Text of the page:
Soon after the destruction of Al Lopez Field began in 1989, Tony Saladino started thinking of ways to give Lopez back some of the recognition stripped away by the wrecking ball. Nearly two years later, Saladino has started a group, "Friends of Al Lopez," which hopes to erect a life-sized statue of Tampa's first inductee into the Major League Baseball Hall of Fame.
Saladino, well-known in the area for his contributions to youth baseball, is chairman of the group, which will have an organizational meeting at 7:30 p.m. on June 25. The meeting will be held at the Holiday Inn Stadium, in the Tampa Bay Room.
The goal is to raise enough money to hire a sculptor, find some land and erect the statue.
"Personally, I think he (Lopez) was devastated when the stadium was torn down, but he's not the kind of man that would go out and pop off about it," Saladino said. "He's the only man in history to outlive a monument built in his honor, and there was nothing in lieu of (the destruction)."
Said Lopez: "Naturally, at the time the stadium was torn down, I thought they were going to build a bigger and a better one. Unfortunately, that didn't happen. I think it would be a great honor to have a statue built in my honor."
Saladino said he isn't sure how much money it will cost to build the statue, but said he plans on contacting Atlanta Fulton County Stadium before the first meeting to find out an approximate cost of the Ty Cobb and Hank Aaron statues erected there.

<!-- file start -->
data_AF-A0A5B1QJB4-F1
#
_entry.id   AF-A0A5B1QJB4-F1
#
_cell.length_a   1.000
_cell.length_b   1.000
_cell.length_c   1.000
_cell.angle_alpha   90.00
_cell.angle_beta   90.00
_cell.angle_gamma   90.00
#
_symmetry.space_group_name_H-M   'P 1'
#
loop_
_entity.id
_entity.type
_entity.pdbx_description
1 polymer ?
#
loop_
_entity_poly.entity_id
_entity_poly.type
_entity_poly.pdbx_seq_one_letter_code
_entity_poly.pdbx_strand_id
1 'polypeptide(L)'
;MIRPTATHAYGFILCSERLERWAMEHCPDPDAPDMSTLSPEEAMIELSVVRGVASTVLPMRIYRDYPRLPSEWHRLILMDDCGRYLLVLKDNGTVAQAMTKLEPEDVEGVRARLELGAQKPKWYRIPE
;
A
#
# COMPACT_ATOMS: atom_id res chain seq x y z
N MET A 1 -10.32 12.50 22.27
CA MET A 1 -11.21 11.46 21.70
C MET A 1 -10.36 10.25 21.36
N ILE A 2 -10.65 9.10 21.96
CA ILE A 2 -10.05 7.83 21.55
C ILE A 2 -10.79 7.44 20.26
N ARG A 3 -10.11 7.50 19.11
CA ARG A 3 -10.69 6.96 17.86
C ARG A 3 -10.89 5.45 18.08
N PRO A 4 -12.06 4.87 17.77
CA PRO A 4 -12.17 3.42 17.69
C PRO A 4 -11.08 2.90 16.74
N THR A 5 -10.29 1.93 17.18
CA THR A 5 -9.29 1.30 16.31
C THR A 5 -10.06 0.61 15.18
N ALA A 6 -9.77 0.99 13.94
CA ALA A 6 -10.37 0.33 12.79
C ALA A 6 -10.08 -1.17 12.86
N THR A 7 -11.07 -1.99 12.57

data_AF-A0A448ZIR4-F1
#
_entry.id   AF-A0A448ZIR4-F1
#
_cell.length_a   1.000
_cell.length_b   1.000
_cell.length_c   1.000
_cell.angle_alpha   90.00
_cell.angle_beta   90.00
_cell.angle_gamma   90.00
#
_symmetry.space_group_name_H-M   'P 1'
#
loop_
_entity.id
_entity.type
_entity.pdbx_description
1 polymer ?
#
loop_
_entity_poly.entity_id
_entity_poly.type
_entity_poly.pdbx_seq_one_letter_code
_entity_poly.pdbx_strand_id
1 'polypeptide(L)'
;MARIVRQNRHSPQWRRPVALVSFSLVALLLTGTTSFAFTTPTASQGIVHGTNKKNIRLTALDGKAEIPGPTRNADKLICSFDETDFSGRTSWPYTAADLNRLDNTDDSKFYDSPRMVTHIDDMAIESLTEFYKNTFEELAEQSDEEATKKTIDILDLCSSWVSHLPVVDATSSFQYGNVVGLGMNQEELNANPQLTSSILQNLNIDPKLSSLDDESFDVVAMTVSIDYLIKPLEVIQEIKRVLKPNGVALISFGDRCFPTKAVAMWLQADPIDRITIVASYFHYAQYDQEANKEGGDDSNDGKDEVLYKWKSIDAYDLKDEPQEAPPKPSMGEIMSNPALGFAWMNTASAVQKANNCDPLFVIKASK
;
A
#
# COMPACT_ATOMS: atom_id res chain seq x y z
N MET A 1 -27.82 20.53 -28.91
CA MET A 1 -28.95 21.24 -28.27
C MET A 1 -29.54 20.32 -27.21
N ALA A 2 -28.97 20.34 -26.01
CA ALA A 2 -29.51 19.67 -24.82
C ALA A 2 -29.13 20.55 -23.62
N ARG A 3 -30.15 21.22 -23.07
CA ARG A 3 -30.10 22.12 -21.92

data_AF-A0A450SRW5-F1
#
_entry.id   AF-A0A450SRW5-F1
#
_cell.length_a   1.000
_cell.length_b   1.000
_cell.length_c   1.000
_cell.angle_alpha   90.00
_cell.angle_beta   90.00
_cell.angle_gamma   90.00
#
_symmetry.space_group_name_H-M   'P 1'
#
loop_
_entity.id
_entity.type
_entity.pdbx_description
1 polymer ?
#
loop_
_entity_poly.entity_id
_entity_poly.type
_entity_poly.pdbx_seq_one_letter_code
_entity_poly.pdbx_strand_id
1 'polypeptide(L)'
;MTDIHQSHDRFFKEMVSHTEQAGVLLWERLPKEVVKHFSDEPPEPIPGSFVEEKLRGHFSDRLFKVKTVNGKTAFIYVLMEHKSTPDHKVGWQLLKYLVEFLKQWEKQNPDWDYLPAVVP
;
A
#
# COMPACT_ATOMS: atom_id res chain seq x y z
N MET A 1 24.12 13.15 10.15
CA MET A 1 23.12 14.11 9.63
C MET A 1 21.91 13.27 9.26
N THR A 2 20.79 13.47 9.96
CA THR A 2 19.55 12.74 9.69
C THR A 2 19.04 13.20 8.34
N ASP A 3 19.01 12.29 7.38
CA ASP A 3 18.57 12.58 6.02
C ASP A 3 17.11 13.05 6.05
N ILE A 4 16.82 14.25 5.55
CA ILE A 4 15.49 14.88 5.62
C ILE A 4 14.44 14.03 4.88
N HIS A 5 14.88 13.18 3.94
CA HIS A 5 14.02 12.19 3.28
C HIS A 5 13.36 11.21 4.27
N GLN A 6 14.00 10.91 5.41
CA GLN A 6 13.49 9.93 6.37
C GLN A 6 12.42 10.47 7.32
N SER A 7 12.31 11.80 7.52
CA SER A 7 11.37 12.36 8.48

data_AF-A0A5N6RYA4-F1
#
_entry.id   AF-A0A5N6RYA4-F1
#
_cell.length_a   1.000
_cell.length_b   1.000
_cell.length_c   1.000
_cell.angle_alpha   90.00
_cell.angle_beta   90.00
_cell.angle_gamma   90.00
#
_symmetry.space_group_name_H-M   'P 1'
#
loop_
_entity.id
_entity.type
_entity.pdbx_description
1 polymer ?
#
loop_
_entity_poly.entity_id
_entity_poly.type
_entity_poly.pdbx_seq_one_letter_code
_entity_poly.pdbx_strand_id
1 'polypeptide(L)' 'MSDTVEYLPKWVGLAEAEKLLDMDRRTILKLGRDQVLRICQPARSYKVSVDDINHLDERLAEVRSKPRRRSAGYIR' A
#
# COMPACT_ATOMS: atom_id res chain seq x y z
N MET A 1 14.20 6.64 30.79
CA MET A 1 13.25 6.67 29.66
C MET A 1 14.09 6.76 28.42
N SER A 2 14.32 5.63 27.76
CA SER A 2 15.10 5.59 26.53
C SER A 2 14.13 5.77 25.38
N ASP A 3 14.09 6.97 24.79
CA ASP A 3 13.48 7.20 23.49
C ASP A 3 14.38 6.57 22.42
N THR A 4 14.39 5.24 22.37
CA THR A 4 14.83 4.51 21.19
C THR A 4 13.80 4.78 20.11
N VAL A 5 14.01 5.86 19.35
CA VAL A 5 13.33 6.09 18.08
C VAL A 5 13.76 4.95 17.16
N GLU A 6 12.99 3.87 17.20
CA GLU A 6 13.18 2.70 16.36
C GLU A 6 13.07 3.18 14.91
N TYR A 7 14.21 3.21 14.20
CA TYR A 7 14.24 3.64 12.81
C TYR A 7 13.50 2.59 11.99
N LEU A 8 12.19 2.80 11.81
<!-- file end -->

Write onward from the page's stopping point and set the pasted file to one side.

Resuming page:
"If I had to estimate, I would say it will be in the $25,000 to $30,000 range," Saladino said. "But there's no way to know right now because the type of statue and the site will all figure into the cost."
Saladino said that he would prefer the statue be erected in front of the new Hockey Stadium, but that Ybor City (where Lopez grew up) or the Franklyn Street Mall would be suitable alternatives.
"It would be nice to put the statue on the site of the old stadium," Saladino said. "It would be especially appropriate because it will be near Tampa Stadium and the new hockey stadium, so a lot of people interested in sports will come by."
Lopez was 19 when he broke into the big leagues as a catcher with the Brooklyn Dodgers in 1928. He played for the Dodgers until 1935, then moved on to play for the Boston Braves, Pittsburgh Pirates and Cleveland Indians. During his playing career, Lopez set a major-league record of catching 1,918 games. That mark stood for 31 years before Bob Boone broke it in 1987.
Lopez was just as successful in the dugout. As manager of the Chicago White Sox and Cleveland Indians, Lopez won 1,422 games and ended his managing career with a .581 winning percentage. His Indians of 1954 and White Sox of 1959 were the only teams to stand between the New York Yankees and 16 straight American League pennants, from 1949-64. He was inducted into the Hall of Fame in 1977.
For more information about joining "Friends of Al Lopez," or attending the meeting, call Saladino at 684-2255.